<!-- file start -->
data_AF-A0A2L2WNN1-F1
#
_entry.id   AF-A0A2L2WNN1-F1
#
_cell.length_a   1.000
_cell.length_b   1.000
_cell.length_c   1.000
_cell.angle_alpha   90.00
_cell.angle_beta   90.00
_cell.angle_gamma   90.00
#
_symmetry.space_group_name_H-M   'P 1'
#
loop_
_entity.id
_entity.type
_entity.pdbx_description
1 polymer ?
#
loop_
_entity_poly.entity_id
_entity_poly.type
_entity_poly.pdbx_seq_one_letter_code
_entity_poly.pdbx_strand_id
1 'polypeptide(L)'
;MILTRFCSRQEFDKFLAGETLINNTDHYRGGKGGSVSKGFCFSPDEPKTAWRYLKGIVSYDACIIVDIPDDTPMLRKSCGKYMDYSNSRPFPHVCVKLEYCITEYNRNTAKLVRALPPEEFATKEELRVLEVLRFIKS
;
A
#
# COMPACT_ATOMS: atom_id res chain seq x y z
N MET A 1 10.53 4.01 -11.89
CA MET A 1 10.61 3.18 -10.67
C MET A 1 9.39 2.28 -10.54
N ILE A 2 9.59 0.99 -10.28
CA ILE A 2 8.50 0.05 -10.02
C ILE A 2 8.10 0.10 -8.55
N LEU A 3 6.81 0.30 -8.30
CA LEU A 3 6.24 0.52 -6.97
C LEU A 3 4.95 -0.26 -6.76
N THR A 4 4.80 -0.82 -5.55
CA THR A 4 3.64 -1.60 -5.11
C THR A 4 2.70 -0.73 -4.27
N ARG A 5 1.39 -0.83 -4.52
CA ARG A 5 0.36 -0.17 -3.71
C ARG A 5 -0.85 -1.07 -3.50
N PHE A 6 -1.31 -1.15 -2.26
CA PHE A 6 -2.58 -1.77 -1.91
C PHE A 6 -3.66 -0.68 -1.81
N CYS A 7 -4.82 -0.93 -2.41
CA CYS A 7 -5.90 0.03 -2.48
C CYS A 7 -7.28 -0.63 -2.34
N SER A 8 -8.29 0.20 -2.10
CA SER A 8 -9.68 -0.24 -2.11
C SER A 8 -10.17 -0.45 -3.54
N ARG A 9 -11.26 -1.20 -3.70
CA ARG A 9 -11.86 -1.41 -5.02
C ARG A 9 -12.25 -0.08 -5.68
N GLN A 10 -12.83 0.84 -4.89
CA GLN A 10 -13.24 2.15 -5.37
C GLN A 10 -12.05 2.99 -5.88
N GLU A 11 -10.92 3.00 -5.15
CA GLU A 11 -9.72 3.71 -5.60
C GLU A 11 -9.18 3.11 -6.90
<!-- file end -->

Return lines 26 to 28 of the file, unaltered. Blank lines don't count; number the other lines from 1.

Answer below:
;MILTRFCSRQEFDKFLAGETLINNTDHYRGGKGGSVSKGFCFSPDEPKTAWRYLKGIVSYDACIIVDIPDDTPMLRKSCGKYMDYSNSRPFPHVCVKLEYCITEYNRNTAKLVRALPPEEFATKEELRVLEVLRFIKS
;
A